All The Best New Indie Music From This Week

Indie music has grown to include so much. It’s not just music that is released on independent labels but speaks to an aesthetic that deviates from the norm and follows its own weirdo heart. It can come in the form of rock music, pop, or folk. In a sense, it says as much about the people that are drawn to it as it does about the people that make it.

Every week, Uproxx is rounding up the best new indie music from the past seven days. This week we got new music from Boris, Nilüfer Yanya, Wallice, Ratboys, and more.

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Boris — Fade

Boris is known for immersive, crashing walls fo sound that can put the listener in a kind of hypnosis. With the surprise-drop of this new record Fade, they’ve done it again. The title feels appropriate for the way songs drip into one another gradually and sounds blend and fade into each other; it’s an album to listen to in full with no breaks.

Nilüfer Yanya — “Midnight Sun – Sapha Remix”

Painless by Nilüfer Yanya was a sprawling album that made lasting impressions earlier this year. Now a deluxe is here, and it features this bewitching remix of “Midnight Sun” by Sampa, who adds a layer of personality to an already idiosyncratic, compelling song.

Brakence — “5g”

While the riders of the pop-punk revival wave are often either a hit or miss, Brakence is the real deal. His distinct voice and dynamic, unpredictable instrumentation make for a song that keeps the listener interested, especially with his youthful charm: “I’m gettin’ this tightness in my chest that make me grind my teeth / So I’ma just take another edible and go 5g,” he sings on “5g.”

Jesus Piece — “An Offering Of The Night”

Jesus Piece don’t relent, especially on this new single “An Offering Of The Night,” the first preview of their forthcoming LP. At only a little over two minutes, it proves they haven’t lost their knack for packing a punch in as little space as possible. The vocals are powerful roars, conveying a new level of fury.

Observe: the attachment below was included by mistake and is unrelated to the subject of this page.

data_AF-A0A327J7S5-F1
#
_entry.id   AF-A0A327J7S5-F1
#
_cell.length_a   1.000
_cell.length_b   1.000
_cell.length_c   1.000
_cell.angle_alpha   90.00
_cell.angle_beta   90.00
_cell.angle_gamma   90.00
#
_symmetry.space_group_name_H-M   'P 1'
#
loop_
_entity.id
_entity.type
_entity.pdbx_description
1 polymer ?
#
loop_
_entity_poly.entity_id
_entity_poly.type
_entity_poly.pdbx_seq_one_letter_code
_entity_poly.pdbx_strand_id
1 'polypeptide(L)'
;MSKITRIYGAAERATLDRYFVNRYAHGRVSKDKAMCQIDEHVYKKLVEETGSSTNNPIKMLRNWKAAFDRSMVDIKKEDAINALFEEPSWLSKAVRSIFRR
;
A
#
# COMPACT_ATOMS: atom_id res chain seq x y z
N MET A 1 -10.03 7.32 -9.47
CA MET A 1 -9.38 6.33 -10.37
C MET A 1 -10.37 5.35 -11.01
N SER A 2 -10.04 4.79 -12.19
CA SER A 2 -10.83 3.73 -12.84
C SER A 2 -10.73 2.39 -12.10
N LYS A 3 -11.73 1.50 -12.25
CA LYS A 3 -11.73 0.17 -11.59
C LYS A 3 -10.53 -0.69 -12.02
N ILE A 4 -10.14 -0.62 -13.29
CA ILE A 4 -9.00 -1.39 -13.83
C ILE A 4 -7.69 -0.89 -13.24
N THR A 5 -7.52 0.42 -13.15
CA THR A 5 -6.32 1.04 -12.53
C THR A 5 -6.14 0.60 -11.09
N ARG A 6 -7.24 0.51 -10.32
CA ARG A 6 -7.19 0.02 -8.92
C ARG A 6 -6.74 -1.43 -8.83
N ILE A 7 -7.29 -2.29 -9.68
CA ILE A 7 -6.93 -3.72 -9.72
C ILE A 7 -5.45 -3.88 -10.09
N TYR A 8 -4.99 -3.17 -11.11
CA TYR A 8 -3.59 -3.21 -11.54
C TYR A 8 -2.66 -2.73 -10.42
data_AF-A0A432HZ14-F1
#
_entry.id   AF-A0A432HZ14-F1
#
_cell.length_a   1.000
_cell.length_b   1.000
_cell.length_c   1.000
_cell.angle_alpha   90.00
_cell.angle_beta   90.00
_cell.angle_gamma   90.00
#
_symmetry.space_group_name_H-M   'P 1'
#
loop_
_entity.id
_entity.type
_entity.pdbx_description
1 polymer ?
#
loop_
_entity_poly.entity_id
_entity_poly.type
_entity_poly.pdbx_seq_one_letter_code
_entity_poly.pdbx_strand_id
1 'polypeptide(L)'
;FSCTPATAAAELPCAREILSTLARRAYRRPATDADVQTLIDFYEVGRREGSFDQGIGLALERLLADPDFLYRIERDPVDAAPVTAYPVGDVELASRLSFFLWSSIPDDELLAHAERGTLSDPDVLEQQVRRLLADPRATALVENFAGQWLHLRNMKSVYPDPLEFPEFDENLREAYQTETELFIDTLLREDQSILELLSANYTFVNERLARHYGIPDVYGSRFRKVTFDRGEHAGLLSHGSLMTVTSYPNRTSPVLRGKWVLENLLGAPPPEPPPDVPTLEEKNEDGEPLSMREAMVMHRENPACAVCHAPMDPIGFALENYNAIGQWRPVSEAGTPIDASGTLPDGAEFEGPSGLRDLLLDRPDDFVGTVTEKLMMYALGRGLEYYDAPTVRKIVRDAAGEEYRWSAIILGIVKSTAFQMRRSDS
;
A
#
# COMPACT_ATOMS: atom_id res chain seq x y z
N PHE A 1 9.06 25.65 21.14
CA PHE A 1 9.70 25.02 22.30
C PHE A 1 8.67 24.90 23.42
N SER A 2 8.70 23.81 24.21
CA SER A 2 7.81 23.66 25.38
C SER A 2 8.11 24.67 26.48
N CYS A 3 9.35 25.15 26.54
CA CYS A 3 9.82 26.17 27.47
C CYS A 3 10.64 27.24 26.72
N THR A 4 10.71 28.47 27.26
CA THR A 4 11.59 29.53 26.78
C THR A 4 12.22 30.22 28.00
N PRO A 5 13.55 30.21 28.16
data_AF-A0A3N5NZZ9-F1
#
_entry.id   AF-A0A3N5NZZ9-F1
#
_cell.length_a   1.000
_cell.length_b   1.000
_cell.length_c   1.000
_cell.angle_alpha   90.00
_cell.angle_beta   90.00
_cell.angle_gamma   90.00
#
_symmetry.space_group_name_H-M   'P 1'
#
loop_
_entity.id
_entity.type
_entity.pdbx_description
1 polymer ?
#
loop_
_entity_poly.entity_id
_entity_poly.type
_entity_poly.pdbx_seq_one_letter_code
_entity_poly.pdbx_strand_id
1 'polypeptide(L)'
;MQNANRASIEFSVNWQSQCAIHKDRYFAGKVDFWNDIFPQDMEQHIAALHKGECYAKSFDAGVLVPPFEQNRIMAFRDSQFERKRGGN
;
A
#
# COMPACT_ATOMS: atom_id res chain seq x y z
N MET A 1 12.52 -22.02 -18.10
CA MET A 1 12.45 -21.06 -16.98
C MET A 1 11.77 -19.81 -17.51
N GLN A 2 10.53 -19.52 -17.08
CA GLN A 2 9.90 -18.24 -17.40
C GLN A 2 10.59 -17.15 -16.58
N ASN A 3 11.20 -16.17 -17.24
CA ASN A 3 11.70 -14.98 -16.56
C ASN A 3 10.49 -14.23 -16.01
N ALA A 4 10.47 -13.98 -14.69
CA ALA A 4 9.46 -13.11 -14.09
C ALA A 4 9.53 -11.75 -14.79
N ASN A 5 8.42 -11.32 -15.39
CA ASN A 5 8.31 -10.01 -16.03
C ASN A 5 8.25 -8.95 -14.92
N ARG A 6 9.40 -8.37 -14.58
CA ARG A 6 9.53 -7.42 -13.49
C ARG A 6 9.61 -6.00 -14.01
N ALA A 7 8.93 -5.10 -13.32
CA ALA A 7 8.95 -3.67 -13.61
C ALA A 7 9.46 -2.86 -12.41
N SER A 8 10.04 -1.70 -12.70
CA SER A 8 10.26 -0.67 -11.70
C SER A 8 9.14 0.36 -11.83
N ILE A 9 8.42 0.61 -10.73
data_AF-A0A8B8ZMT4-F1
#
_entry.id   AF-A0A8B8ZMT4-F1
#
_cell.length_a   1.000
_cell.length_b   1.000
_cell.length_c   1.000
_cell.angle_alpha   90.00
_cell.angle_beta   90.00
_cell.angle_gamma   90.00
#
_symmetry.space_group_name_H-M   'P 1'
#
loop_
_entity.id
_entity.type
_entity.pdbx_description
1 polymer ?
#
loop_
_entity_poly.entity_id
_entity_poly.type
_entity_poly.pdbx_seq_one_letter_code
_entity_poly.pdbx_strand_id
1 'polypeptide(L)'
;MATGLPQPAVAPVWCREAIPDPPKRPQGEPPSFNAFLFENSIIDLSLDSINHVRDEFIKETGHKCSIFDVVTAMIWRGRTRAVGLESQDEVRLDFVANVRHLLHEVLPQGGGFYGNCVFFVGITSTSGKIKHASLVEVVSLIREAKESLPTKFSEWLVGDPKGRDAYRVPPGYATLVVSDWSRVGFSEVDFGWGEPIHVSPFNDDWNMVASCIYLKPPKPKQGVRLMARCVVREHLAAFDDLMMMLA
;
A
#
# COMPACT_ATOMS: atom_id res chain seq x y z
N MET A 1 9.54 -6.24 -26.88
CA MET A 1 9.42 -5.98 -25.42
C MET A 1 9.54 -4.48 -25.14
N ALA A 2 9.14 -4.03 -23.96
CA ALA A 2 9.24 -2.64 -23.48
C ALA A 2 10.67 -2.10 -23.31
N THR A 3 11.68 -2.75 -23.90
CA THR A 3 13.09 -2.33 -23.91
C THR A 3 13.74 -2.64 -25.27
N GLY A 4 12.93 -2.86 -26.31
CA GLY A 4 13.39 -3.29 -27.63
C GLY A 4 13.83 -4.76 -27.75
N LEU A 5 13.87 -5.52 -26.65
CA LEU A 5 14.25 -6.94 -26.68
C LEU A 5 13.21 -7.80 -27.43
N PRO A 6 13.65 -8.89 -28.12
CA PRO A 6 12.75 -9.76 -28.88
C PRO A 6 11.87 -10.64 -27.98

Storefront Church, Phoebe Bridgers — “Words” (Low Cover)

The news of the tragic passing of Low’s Mimi Parker was a devastation to the music world. Sometimes the only way to respond to grief is through music, so Storefront Church and Phoebe Bridgers came together to share a visceral, poignant cover of Low’s “Words,” a beautiful honor to Parker.

Ratboys — “Love Is A Wild Thing”

Musicians recently joined forces to unveil a Kacey Musgraves cover album, including Ratboys who made their own rendition of “Love Is A Wild Thing.” The ballad is thoughtful and becomes more endearing as it flows on, feeling both upbeat and nostalgic.

Teenage Priest — “Let It Pass”

Teenage Priest offer a nice dose of psychedelic, contemplative rock with “Let It Pass,” a Tame Impala-indebted track that moves softly and freely. The band are predictably based in California, and their bubbling synthesizers and warped guitars have the texture of a late-night pool party.

Wallice — “Japan”

24-year-old singer-songwriter Wallice Hana Watanabe has a knack for powerful storytelling. On “Japan,” the words shine through with their concise, emotional edges: “My grandfather passed / When I was barely one / Burning incense around the pine trees / Fell and scraped knee / Always on the run,” she sings.

Nervus — “Microsmiling”

“‘Microsmiling’ is about navigating an increasingly hostile world,” Nervus shared in a statement about their new song, “and it’s about being a little bit braver than you feel capable of.” “Microdosing” sparkles with this sense of hope with its unhurried pace and earnest vocals, singing memorable melodies: “Wait / Another day / No harm in being safe.”

Day Wave — “Cold Like Me”

Day Wave’s “Cold Like Me” definitely feels like a summer song with its surfy riffs and aura of recklessness, but it still hits hard in the winter. It sounds like the beginning of an adventure, the start of an exhilarating drive across the coast — its energy is infectious.